We hear no mocking.

This my cry.
This my passion.
There's no reason to give up.
There's no reason to lose hope.
Our plight is heard.
Our call is answered.

Quit struggling and look up.
Quit fighting and call out.
He will not walk the other side.
He will tend our wounds.
He will hear our cry.
He will heal our land.

If you or someone else you know has ever considered or participated in self harm, or attempted suicide, don't lose hope. We have a way out, that is eternal, and it doesn't come at the mouth of a gun barrel, the end of a rope, the edge of a knife, or the bottom of a bottle of pills.  Reach out.  Keep seeking.  He cares, I care.

You are not alone.


Wednesday, August 27, 2014

A Faith Worth Losing For

This summer has been an interesting one to say the least.  At first glance, I would say that I both loosened up, and became more of a loving person, and an accepting one, but then I would also say that I became more cynical and less trusting.  Those to things don't really go together, and I realize that.  Because here's the thing.

It has taken me 21 years, to actually be able to put a value on my faith.  I have spent so long try to figure out what I believe in, that it isn't until now that I realize what I am willing to sacrifice to continue believing in it.

To say that I am surrounded by happiness is an understatement.  I had over 30 dear friends who have either gotten engaged or married this summer.  These tying togethers of families follow countless hours spent talking or walking, days spent with broken hearts, and months spent with joyful ones.  I wish them all the best and pray that their happiness continues for generations.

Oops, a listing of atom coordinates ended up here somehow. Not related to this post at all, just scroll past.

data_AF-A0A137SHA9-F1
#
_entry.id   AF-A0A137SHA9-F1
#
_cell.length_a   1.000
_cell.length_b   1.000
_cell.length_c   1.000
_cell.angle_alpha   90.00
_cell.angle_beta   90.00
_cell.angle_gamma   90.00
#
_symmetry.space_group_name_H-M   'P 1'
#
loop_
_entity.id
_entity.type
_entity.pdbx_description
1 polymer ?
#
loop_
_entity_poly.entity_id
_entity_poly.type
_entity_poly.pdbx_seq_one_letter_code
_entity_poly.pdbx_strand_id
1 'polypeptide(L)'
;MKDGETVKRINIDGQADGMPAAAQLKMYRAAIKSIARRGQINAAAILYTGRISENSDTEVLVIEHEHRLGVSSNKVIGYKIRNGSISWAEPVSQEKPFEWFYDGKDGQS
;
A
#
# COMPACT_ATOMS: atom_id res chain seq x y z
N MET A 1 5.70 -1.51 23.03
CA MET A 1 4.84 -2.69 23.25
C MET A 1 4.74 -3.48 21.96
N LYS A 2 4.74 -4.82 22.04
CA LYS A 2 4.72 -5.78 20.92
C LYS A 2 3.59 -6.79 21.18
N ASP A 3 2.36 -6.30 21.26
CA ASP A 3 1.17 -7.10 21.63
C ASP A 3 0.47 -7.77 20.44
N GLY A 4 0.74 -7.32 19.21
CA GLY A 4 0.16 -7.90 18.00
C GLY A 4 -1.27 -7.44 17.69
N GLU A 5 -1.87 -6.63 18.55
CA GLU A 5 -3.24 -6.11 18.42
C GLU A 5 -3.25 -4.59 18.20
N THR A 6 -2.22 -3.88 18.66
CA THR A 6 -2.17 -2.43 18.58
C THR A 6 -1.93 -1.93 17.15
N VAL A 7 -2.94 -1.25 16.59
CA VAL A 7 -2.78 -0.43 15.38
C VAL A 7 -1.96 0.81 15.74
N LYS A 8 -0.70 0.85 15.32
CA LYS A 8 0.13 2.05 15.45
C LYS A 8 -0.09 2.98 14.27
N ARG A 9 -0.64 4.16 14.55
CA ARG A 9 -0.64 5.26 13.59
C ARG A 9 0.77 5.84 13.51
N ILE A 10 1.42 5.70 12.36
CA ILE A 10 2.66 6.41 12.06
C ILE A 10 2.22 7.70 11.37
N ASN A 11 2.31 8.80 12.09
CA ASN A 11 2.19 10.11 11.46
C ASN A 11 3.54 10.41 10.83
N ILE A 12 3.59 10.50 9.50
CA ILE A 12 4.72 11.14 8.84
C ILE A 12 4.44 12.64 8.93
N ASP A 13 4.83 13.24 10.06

But along with this happiness comes a kind of restlessness that I haven't felt before.  It's a desire to love and be loved and to belong with someone.  This kind of feeling isn't healthy, as it can make me lose focus on what is important at this stage in my life.  I begin to look around me at possibilities and where/who I can pull my happiness from.  I begin thinking in terms of maybes and chemistry and possibles and my thoughts get all sorts of jumbled, but it wasn't until now, that I realized that my faith is important enough to me, that I'm willing to give all of that up, if someone doesn't love Christ.

Christ and my faith in Him, is the reason that I have made every good decision I have ever made.  Now I didn't make these decisions on my own, to be sure.  God led me to them, through his spirit.  Whether it was the decision to come to Patrick Henry, the decision to walk away from unhealthy relationships, the decision to relinquish "control" of my life to God, or even the decision to come to Christ over 4 years ago.